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Sherman first contends that Berlin violated his constitutional rights by providing false evidence to the workers' compensation judge, which denied Sherman a fair hearing and resulted in judgment against him. This contention lacks merit.


Sherman has failed to establish federal jurisdiction over Berlin for alleged violations of his civil rights under section 1983 because "private parties are not generally acting under color of state law." Price v. State of Haw., 939 F.2d 702, 707-08 (9th Cir.1991); cert. denied, 112 S.Ct. 1480 (1992). Our review of the pleadings indicates that Sherman's conclusory allegations "are insufficient to state a claim under the Civil Rights Act." Jones, 733 F.2d at 649. Sherman's complaint fails to allege that Berlin's actions "were in any way imposed by the State or that [she] exercised some right granted by the State, except to the extent that [she] sought state court approval." Price, 939 F.2d at 708. "[M]erely resorting to the courts and being on the winning side of a lawsuit does not make a party a co-conspirator or a joint actor with the judge." Dennis v. Sparks, 449 U.S. 24, 28 (1980); see also Lugar v. Edmondson Oil Co., 457 U.S. 922, 937 (1982) ("without a limit [on who qualifies as a state actor], private parties could face constitutional litigation whenever they seek to rely on some state rule governing their interactions with the community surrounding them").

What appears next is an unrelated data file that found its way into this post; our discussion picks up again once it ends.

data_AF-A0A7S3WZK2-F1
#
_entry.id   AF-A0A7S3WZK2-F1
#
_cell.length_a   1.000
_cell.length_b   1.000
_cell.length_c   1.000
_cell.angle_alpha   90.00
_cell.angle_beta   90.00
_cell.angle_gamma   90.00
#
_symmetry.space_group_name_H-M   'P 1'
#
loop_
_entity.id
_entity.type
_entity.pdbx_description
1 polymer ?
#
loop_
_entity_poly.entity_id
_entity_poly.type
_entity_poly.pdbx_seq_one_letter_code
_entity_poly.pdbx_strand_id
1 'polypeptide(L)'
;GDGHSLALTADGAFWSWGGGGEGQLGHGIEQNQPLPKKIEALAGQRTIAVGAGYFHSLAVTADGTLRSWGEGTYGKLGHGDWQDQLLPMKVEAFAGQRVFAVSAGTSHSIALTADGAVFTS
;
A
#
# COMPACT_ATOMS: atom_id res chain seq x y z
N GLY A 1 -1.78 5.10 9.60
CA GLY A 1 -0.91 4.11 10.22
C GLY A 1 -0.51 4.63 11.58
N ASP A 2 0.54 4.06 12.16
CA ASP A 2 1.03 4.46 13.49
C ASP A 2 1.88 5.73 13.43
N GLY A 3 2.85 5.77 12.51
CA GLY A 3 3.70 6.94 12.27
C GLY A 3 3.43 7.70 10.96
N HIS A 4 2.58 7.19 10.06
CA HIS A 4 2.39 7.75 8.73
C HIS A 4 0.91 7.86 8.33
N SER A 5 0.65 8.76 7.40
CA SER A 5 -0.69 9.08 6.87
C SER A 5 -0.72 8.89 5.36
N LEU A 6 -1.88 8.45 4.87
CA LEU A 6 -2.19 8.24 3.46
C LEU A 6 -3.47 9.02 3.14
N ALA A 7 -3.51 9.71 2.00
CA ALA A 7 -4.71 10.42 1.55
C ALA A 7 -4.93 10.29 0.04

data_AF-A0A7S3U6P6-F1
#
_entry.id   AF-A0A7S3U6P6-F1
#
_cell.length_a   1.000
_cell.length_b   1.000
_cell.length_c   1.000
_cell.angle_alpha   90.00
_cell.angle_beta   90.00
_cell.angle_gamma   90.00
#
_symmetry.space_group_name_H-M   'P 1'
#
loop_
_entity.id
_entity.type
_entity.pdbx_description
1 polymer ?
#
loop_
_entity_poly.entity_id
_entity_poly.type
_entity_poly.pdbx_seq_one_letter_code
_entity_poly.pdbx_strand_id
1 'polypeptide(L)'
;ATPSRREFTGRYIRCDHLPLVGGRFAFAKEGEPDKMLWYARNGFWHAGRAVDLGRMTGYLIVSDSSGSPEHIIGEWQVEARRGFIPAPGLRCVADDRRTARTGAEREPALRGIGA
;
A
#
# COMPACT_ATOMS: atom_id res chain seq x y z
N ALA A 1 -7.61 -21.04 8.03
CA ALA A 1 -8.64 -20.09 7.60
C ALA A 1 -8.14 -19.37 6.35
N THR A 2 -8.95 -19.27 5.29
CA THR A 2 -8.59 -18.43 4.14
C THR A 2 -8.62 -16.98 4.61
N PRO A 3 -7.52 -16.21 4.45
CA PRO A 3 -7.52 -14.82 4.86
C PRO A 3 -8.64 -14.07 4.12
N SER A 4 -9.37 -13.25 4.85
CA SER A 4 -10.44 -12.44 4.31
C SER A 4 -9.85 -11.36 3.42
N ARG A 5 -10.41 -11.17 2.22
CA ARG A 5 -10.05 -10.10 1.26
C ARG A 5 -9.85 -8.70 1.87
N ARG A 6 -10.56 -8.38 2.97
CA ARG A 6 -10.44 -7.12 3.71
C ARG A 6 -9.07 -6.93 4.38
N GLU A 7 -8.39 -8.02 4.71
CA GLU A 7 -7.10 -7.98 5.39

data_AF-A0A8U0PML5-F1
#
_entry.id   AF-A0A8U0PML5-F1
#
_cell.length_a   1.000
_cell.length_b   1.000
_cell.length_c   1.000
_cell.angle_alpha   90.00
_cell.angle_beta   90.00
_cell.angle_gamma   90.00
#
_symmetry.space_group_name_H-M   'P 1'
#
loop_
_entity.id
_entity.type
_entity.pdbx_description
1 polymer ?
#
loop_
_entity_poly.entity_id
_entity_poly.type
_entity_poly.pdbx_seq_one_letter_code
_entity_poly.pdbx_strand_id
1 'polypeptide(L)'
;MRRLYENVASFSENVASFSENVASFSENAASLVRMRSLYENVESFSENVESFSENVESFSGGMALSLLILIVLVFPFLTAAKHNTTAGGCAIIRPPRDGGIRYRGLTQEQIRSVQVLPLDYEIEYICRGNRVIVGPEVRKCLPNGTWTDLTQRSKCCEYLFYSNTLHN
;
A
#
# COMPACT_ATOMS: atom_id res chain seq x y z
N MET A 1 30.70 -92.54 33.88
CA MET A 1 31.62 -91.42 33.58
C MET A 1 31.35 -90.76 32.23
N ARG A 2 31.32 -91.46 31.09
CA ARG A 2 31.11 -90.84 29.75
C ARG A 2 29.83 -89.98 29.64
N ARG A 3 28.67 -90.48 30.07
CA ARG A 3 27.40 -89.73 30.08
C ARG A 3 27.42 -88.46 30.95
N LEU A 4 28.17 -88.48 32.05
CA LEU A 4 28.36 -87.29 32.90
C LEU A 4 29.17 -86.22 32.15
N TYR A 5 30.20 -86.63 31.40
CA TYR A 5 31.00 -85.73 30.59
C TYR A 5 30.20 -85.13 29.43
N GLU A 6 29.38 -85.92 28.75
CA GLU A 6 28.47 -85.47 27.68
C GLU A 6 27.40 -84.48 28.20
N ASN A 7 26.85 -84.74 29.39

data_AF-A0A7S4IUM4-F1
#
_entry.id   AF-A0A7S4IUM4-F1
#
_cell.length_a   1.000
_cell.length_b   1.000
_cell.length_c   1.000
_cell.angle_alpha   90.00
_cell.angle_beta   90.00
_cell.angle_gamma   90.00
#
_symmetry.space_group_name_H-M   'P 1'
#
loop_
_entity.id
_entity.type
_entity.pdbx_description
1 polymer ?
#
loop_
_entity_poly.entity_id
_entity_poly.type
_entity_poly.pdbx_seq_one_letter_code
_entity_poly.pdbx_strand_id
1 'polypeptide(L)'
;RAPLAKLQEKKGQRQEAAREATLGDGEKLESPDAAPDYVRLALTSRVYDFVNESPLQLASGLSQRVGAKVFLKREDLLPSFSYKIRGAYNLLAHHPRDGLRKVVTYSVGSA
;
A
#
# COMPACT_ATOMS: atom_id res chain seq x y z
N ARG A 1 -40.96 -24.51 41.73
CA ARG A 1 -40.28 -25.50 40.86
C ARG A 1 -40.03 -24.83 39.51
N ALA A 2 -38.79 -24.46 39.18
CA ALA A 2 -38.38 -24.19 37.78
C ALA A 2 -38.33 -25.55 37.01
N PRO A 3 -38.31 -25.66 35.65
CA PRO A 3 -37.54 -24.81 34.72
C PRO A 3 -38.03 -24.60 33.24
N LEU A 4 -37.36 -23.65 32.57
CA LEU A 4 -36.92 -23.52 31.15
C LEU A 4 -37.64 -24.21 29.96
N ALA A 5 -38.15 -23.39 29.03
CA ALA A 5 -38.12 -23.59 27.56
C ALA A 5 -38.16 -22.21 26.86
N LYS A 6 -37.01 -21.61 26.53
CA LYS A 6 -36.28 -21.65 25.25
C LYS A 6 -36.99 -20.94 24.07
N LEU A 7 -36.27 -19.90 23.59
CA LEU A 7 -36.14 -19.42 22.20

Eleventh Amendment


Sherman contends that the district court erred by concluding that the Eleventh Amendment barred his action against the WCAB and its employees. This contention lacks merit.


The Eleventh Amendment generally bars actions in federal court against states or state agencies. See Brooks v. Sulphur Springs Valley Elec. Coop., 951 F.2d 1050, 1053 (9th Cir.1991), cert. denied, 112 S.Ct. 1478 (1992). Here, Sherman's amended complaint sought damages from a state agency, the WCAB, and its director, Casey Young, based on the denial of Sherman's second workers' compensation claim. Accordingly, the district court properly dismissed the WCAB and Young. See id.